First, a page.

Kimberly Black / Gavel Media

Overturning Roe v. Wade: The Implications Of Banning Abortion

The irony of receiving a text from my roommate that a draft opinion had been leaked regarding a private SCOTUS decision to overturn Roe v. Wade while I sat in my favorite female empowerment club was astounding. I turned to my friend and whispered “this has to be one of those fake links right?” as she opened a similar message on her phone to find a BREAKING NEWS headline as we scrolled wide-eyed and shocked. Every single woman in this room would be affected by this decision in one way or another, and none of us had a say in what seemed to be occurring. 

The landmark case decided in 1973—which protects pregnant individuals’ right to have an abortion without excessive restriction—has never gone without backlash. In recent years, as the Supreme Court began to tilt towards a Republican holding, the issue returned to the public eye and became highly contentious. Ironically enough, the decision’s biggest enemies tend to lack a uterus and a general understanding of reproductive rights. Even better, the judge who wrote the leaked opinion—Samuel A. Alito Jr.—has no uterus, and most likely has no intent to adopt every child that will result from the move towards a pro-birth society.  Let me be very clear: reproductive rights are human rights, and this is a direct attack on those rights.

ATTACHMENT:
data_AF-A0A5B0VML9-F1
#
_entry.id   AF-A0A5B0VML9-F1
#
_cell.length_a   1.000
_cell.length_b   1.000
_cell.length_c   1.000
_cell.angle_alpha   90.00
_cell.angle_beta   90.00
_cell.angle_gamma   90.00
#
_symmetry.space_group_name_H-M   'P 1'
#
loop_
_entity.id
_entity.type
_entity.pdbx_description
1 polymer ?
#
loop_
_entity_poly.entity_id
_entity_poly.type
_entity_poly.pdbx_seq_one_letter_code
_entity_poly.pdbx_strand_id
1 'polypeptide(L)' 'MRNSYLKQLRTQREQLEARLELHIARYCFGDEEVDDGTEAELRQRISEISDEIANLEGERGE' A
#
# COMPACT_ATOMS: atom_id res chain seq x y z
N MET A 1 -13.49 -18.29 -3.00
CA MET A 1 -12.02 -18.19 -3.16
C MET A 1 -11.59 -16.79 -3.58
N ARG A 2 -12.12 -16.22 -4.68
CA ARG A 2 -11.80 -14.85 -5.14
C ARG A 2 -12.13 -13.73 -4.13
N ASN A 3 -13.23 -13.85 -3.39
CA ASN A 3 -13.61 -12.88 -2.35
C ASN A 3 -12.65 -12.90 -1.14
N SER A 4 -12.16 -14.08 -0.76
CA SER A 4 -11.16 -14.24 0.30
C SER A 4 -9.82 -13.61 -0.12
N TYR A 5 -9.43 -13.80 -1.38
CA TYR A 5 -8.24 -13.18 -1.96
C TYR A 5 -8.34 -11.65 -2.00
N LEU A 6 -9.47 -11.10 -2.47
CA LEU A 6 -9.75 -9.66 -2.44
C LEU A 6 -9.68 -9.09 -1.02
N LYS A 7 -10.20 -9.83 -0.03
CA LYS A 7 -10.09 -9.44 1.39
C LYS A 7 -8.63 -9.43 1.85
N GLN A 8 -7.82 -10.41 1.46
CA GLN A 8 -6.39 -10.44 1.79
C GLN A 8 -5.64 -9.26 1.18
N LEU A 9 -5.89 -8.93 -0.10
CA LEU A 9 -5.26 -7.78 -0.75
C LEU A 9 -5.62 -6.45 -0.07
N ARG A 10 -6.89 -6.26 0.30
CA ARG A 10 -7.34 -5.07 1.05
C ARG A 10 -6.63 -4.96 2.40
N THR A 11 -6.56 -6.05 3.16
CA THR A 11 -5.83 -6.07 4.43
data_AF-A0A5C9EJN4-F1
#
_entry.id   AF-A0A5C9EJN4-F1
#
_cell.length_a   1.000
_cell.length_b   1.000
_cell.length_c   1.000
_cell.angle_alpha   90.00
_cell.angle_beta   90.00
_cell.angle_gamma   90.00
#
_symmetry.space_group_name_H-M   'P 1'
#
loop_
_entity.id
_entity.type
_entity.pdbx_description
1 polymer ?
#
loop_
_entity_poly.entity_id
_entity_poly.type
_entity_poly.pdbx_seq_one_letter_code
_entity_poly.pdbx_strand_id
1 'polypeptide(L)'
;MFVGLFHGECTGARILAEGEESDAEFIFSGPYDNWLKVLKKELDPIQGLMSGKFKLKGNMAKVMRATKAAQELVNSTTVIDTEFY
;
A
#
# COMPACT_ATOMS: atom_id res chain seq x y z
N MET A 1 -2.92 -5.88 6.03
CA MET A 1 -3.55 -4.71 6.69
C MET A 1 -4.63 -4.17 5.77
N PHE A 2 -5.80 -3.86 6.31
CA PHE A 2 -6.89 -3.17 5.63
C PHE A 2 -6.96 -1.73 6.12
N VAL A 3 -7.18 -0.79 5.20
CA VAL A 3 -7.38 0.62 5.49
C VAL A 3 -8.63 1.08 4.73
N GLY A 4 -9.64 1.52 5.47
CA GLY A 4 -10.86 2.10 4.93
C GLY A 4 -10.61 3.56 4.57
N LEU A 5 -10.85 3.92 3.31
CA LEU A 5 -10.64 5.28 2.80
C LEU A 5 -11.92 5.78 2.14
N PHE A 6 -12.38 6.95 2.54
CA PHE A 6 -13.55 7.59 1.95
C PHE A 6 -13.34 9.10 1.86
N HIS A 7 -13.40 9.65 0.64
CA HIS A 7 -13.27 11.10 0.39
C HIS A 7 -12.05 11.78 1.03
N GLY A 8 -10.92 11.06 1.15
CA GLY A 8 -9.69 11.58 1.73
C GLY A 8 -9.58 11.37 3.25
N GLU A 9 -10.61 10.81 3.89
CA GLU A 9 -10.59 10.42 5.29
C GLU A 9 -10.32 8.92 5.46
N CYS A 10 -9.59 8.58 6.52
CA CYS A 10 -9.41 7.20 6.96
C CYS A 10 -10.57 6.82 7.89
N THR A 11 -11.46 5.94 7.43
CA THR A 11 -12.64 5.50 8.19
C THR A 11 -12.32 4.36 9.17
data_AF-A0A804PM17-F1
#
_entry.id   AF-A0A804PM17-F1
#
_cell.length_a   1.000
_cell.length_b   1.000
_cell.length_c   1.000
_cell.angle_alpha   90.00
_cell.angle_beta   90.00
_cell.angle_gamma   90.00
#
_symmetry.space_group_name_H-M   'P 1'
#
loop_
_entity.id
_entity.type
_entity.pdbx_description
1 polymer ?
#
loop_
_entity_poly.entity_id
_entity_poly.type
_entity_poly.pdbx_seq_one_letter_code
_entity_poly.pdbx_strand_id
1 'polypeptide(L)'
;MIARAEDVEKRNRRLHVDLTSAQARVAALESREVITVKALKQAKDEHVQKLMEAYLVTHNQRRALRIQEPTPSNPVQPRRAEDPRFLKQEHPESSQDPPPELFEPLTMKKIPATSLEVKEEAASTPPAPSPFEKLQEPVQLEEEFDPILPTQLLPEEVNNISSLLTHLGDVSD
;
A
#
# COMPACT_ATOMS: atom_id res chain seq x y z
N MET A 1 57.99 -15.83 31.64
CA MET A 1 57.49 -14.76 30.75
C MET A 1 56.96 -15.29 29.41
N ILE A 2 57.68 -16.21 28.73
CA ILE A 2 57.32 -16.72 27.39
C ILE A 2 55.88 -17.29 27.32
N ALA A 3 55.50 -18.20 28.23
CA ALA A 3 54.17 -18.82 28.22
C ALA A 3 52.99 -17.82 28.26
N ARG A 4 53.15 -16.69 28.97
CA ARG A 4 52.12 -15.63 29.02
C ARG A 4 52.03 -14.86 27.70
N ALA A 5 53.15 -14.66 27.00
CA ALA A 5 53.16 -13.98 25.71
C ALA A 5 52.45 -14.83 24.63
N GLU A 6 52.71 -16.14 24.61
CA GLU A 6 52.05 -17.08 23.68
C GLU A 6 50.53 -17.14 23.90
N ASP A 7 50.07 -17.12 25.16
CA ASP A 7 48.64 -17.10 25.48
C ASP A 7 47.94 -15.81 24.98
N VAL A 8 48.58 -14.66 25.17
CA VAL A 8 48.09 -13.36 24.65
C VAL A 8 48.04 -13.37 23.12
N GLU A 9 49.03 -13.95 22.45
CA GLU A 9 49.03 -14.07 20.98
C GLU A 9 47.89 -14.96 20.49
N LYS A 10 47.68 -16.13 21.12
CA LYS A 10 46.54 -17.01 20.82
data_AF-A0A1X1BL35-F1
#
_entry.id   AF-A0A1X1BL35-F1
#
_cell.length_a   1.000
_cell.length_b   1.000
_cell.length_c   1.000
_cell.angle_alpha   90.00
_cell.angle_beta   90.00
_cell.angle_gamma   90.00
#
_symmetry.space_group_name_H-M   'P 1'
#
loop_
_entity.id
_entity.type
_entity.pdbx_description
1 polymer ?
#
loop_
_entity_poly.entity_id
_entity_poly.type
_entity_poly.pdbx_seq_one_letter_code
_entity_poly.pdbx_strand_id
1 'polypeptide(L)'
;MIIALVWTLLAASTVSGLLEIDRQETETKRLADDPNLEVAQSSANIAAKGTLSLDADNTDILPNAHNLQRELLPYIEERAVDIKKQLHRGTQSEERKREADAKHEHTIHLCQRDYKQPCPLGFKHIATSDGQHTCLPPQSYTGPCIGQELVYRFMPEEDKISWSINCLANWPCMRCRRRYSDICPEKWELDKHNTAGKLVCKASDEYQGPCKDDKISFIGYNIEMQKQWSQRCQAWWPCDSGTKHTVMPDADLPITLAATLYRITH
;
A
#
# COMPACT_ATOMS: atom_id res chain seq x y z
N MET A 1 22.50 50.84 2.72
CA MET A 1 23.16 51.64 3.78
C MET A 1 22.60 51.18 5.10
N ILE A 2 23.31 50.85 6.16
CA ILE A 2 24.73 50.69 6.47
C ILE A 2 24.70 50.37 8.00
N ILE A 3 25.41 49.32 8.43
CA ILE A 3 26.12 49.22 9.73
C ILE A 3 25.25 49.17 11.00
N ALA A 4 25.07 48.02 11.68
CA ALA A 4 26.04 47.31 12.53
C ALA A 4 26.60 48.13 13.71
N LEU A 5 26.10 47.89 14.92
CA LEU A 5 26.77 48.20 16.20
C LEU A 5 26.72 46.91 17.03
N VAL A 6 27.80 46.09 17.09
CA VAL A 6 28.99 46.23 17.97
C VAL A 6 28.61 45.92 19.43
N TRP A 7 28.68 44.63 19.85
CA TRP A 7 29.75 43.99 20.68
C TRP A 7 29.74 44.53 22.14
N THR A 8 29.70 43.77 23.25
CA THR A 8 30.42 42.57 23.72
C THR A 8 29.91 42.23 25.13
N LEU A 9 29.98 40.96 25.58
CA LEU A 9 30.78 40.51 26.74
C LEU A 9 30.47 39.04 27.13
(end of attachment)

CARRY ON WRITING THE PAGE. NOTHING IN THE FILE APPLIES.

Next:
The last thing I want to hear is that this came out of left field, or it was unprecedented, or anything else about how this could not have been expected. The Trump era ushered in white misogynists that opened discourse on rolling back 50 years worth of progress in the name of being pro-life, and most of the warning fell on deaf ears. There may be a temptation to breathe a sigh of relief if you reside in some of the states that are likely to support legal access to abortion, but I urge you to analyze the privilege that seeps through that view. Abortions will not cease; what will happen is pregnant individuals will seek back-alley, unsafe, illegitimate alternatives, or will be forced to bear children and pray for support from a thin safety net that casts aside poor and oppressed people as nuisances.

There is nothing pro-life about a movement that disproportionately targets the poor, Black, Latinx, underage, uninsured, and undocumented. The same representatives of the supporters of a movement that preaches the ‘inherent value of the unborn’ are those who strike down comprehensive family planning measures, funding for child care, and paid family leave. In this era, to be “pro-life” means to support denying comprehensive sex-ed, restricting access to birth control, forcing people to give birth, and providing absolutely no economic, social, or physical support afterwards.